papers also say that the French people gave us a fine welcome when
we landed, it was the reverse. Two girls of 17 and 18 were shot
by our troops for sniping them.
June 27 1944: Nothing of note to report today. Very quiet except
for a few warnings. Busy making slippers.
28 and 29 1944: Rather quiet.
30 1944: Returned to Portsmouth to re-store ammunition and repair
1 1944: Very quiet.
2 1944: Went on leave, how happy I felt, couldnt get home
3 1944: Arrived home 5.30 in morning, so nice to be with my wife
and family and to see my Dad, Mam and family.
4 and 5 1944: Did all the usual rounds and tried to see everybody
at once. Left on the night of the 5th feeling very downy.
6 1944: Arrived back at 12.00. Spent a few exciting hours at London,
Doodlebugs came over at regular intervals.
7, 8, 9, 10,11 1944: Still at Portsmouth, rather quiet.
12 1944: Went ashore, saw a show, had supper and then walked about
for a few hours looking for a billet without any luck. Spent the
night in an air-raid shelter, sirens went at 12.30 and the Doodlebugs
came low over our shelter all night long. Never spent such a rotten
night in my life. <snip M p21>
13 1944: Felt rotten after a nightmarish night, returned to ship.
14 1944: Left Portsmouth for Scapa. <snip N p21>
15 1944: Arrived at Scapa. Back to old routine once more.
16 - 25 1944: Very quiet. Went ashore one day. <snip O p21>
26 1944: C.S.IO (C.S. 10 ?) came aboard today, he has joined us
for a few months and is 2nd in command of H.F. We are in for a hard
time of it. Left Scapa at 18.30 and are now on our way to Plymouth.
What of the future?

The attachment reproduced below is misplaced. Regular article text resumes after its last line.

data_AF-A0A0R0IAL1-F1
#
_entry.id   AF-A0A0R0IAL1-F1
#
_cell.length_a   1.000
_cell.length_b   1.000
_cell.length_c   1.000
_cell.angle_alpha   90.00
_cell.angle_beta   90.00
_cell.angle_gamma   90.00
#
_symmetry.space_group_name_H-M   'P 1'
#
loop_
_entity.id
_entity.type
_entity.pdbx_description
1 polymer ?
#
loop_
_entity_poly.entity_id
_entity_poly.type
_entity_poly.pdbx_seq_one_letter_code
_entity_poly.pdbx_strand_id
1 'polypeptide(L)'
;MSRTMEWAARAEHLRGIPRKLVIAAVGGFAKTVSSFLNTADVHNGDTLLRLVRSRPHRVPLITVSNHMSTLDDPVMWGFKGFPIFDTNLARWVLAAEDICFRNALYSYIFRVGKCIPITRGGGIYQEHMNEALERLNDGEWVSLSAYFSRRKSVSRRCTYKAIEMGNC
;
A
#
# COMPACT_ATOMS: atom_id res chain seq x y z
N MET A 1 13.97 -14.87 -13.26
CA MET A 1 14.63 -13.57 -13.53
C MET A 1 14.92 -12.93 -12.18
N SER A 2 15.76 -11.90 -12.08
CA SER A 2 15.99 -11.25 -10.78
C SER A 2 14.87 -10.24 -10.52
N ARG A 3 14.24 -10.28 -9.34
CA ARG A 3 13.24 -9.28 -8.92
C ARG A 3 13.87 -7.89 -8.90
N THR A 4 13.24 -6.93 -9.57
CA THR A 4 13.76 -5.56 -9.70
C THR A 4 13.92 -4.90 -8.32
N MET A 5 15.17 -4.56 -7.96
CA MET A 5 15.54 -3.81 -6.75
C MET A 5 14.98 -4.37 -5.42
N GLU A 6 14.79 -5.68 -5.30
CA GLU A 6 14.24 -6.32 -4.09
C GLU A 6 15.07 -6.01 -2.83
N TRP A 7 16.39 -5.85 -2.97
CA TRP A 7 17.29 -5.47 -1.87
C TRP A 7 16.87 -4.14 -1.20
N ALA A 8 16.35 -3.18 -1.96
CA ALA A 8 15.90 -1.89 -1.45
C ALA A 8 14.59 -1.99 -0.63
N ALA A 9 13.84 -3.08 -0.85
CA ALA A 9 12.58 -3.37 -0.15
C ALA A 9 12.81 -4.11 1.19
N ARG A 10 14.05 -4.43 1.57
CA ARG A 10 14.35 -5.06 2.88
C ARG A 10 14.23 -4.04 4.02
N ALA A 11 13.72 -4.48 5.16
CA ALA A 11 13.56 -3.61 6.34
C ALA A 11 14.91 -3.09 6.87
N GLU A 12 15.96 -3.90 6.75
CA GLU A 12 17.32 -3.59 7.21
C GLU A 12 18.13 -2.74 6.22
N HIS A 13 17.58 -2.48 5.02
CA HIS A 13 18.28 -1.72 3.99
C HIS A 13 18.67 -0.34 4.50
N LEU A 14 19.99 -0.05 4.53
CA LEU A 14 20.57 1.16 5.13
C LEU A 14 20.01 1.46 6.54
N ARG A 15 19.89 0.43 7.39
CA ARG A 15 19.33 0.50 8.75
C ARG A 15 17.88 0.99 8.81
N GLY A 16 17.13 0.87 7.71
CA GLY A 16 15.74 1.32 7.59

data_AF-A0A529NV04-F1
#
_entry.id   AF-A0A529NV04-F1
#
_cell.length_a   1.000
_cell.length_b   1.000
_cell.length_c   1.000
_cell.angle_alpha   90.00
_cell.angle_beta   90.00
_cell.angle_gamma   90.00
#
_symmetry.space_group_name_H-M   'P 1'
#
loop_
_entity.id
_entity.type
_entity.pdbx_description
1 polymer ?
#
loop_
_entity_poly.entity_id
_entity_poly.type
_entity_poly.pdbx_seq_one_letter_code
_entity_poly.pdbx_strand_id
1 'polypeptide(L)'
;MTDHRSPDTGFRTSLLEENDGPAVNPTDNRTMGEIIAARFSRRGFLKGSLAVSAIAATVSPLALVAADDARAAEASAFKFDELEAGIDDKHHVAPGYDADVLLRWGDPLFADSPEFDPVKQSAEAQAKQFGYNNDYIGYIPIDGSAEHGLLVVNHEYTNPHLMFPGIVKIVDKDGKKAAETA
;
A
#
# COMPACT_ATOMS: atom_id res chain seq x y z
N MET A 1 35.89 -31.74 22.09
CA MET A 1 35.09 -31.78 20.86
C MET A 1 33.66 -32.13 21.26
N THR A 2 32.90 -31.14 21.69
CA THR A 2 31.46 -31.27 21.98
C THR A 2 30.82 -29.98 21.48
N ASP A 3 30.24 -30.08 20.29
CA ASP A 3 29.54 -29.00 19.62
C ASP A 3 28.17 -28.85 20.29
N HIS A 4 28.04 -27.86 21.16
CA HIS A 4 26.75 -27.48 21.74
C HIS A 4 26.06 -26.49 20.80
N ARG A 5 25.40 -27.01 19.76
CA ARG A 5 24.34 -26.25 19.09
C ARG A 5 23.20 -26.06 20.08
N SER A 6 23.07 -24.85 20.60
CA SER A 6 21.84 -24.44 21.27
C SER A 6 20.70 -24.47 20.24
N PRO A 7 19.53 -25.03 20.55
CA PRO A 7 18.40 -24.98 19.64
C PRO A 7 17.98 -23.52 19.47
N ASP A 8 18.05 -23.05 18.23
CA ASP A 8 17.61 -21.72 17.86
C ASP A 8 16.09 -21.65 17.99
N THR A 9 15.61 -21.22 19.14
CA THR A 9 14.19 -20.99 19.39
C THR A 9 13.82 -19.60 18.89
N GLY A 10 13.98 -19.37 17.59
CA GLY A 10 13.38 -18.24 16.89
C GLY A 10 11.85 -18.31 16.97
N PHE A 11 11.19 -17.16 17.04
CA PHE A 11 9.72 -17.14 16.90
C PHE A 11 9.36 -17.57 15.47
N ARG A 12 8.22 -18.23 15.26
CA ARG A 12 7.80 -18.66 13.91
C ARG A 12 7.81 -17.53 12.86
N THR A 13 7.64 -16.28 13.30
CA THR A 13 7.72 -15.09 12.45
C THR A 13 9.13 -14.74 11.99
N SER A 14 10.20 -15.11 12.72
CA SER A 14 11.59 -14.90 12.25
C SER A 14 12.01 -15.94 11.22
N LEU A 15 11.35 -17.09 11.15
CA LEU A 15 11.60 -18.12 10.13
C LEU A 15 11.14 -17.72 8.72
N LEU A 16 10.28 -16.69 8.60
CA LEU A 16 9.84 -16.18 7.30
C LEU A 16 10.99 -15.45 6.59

27 1944: Passed Wales.
28 1944: Arrived Plymouth.
29 1944: Still at Plymouth. Nice weather, very hot. No shore leave.
30 - August 4 1944: Patrolling Bay of Biscay for Jerry convoys,
an eerie job, rushing up and down within sight of French coast.
Met no convoys (thank goodness).
5 1944: At Plymouth, still no shore leave.
6 1944: Left for Scapa to get rid of C.S.10. Passed Wales but did
not see much of it.
7 1944: Arrived Scapa in the morning and left again at night. Passed
Wales and had a fine view of home district. Hiraeth mawr
am gartre a Mary <this is Welsh for huge longing for home and
8 1944: Arrived at Plymouth once more.
9 and 10 1944: Still at Plymouth but not allowed to go ashore.
Bay of Biscay
10 1944: Left Plymouth for Bay of Biscay.
11 1944: Patrolling French coast, lovely weather, stripped to the
waist, very quiet day.
12 1944: Quiet during morning but in the afternoon we sighted some
French fishing smacks. Sent Onslow to investigate them, she caught
up with 2 of them close inshore and got a lot of useful information
from them. We cruised about for approx. 2 hours waiting for Onslow's
return. As she was about to return a signal station ashore started
flashing at us. I was told to answer with 20 inch but could not
make head nor tail of her, I was told to ask her if she had anything
for us which I tried to do but could not get her to understand.
At last we realised that she was manned by Jerries so we got ready
to leave. Suddenly we heard shore batteries open up and shells began
to drop all around us. Onslow had a very narrow squeak. Away we
steamed under a smoke screen out to sea. We were back again at night
and were met by a Jerry plane which flew high overhead and guided
a radio controlled glider bomb straight at us, we all thought it